Lynette Lyn, Asia Communications Manager
November 10, 2013
It started at 5:30am. Strong winds and heavy rains – seemed manageable at first, but after an hour of constant pounding, I knew something was about to give way.
All four sides of this building in the Department of Education compound were hit – after the glass windows broke on one side, all six staff from Save the Children including myself evacuated to the next, and then next, until we found ourselves in our final safe room.
What more for the children in less sturdy buildings than this one, with the relentless pounding of rain, zinc roofs blowing in the sky and branches swept all around them? At the height of the storm’s prowess, the only thing I could see was the tree about to crash through the window while hoping that the ceiling would not fall on us.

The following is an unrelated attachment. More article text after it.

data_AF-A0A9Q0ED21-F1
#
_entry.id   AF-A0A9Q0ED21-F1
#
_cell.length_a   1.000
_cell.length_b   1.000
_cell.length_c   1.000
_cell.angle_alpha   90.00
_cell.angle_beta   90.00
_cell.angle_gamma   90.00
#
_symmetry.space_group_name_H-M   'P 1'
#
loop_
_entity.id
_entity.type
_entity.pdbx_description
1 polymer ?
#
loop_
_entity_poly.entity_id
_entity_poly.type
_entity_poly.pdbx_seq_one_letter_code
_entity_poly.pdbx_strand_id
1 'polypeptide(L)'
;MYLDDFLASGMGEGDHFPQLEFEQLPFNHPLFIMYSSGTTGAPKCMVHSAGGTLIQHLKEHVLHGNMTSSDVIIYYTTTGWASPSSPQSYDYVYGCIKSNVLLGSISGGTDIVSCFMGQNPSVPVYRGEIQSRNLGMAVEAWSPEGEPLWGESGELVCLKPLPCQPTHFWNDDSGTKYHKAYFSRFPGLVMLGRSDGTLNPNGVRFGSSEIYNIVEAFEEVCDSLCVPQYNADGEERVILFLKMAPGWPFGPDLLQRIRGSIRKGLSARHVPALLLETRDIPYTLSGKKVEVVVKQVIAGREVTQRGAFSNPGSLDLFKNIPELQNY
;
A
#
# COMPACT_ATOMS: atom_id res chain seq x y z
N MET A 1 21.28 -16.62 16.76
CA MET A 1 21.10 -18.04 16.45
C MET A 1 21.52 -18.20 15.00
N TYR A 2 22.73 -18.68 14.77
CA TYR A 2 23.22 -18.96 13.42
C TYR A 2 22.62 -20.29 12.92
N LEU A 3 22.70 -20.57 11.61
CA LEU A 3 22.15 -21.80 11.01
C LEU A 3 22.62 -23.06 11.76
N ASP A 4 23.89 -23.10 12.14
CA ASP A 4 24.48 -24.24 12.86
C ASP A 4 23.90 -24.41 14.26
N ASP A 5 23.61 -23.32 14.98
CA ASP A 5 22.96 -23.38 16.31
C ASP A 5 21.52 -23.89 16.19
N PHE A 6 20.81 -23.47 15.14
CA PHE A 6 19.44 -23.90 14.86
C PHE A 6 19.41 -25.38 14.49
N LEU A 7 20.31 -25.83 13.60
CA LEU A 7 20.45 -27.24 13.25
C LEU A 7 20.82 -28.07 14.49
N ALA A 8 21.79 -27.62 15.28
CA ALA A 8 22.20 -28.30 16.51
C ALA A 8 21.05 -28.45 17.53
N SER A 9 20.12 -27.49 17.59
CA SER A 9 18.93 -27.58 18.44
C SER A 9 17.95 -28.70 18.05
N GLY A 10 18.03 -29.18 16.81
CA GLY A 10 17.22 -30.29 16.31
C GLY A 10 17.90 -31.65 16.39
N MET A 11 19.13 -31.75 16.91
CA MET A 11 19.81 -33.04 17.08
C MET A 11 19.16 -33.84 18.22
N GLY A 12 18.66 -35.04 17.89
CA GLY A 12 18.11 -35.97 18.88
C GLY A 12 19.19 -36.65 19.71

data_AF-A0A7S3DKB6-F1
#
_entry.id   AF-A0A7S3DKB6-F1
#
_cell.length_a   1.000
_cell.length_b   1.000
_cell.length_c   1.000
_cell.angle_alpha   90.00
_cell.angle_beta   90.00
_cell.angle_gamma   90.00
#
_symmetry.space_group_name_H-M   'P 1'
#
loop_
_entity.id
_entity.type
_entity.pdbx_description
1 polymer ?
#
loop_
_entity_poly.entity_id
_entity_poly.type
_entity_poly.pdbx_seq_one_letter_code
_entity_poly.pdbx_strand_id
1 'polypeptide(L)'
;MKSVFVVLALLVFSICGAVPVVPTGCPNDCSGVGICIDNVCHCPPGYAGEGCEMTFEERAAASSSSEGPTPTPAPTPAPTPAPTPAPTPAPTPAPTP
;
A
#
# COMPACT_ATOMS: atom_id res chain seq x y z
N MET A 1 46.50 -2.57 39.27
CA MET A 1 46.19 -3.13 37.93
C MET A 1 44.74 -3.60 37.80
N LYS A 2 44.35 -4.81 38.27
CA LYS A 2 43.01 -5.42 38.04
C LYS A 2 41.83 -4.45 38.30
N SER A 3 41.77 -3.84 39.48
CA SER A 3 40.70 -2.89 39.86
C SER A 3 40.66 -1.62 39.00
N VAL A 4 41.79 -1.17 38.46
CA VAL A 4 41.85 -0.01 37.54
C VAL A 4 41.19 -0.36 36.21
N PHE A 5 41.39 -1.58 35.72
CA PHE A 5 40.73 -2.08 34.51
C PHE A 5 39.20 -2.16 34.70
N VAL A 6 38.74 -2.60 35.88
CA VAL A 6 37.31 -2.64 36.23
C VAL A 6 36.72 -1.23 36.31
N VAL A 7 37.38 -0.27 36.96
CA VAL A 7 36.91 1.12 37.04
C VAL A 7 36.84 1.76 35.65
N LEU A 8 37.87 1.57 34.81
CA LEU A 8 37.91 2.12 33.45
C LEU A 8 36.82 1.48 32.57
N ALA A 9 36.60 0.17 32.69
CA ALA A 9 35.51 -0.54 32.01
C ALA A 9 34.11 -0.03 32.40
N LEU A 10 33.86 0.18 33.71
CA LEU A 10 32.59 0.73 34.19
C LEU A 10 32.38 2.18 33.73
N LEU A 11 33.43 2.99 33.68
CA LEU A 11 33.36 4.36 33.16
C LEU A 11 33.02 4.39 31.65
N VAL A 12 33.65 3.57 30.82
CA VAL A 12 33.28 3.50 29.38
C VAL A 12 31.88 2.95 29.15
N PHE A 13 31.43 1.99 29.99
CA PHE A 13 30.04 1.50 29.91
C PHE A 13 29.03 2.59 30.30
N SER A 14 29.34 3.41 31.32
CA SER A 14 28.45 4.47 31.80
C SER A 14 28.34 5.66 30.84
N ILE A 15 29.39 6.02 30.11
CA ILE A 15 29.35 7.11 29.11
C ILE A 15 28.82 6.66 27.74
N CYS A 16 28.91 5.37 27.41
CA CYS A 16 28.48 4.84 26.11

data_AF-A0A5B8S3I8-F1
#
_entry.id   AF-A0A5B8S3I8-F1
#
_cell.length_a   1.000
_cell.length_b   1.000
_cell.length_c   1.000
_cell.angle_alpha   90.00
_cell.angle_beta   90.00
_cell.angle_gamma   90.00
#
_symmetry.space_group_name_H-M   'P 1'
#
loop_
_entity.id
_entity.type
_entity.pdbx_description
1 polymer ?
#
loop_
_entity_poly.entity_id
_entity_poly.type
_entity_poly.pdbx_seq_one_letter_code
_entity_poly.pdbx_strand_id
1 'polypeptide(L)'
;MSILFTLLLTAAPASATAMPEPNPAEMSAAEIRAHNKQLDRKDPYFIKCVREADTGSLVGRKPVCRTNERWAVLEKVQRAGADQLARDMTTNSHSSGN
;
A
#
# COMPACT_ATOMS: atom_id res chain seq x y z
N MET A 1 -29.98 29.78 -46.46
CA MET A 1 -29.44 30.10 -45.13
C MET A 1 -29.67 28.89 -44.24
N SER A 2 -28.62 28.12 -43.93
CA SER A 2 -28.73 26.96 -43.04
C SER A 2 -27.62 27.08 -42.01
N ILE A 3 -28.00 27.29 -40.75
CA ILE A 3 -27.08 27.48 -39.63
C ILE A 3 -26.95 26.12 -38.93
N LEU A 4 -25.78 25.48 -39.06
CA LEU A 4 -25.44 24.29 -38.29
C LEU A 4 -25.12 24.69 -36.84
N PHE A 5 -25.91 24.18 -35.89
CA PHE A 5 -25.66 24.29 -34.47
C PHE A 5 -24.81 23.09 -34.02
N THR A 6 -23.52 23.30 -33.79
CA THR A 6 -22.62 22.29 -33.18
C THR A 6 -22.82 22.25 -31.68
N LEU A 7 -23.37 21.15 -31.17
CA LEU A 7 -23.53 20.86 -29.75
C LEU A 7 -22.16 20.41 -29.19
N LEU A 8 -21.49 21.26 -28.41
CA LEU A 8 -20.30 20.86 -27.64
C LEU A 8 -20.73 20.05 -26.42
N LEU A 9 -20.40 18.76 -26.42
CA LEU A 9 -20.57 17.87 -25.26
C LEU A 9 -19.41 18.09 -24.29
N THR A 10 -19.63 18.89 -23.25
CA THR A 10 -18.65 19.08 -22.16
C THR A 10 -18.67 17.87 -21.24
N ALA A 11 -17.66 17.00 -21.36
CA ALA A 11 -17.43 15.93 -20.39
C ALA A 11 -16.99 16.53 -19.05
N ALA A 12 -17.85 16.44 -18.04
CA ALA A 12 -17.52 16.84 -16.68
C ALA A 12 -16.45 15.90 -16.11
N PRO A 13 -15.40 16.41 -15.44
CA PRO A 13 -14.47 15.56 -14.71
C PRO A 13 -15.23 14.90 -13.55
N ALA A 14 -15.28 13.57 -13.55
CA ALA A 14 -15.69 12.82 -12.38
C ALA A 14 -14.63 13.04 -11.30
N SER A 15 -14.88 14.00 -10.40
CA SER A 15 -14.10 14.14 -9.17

We were texting information and taking media interviews, but before we knew it the cell reception was cut. And then, the radio signals went silent.
This is what it feels like to be cut off from the rest of the world.
Peering out the window after the storm passed, the area around looked completely flattened. Like the tornados that struck Moore in Oklahoma earlier this year, but with the added element of metre-high floodwaters.
As I write this at 12:30pm, still no information is flowing as there are no communications lines. But we know that the storm we’ve just seen must have brought about severe damage and destruction, and possibly the loss of many lives.
To make things worse, the storm may have passed us but it is headed straight to Bohol, where hundreds of thousands of children are living in temporary shelters, tents and tarpaulin following last month’s earthquake. Definitely unsafe for a storm of this magnitude.
The next few days will help determine the extent of the damage, needs and fatalities. Save the Children will be working round the clock to reach the worst-affected children and their families.
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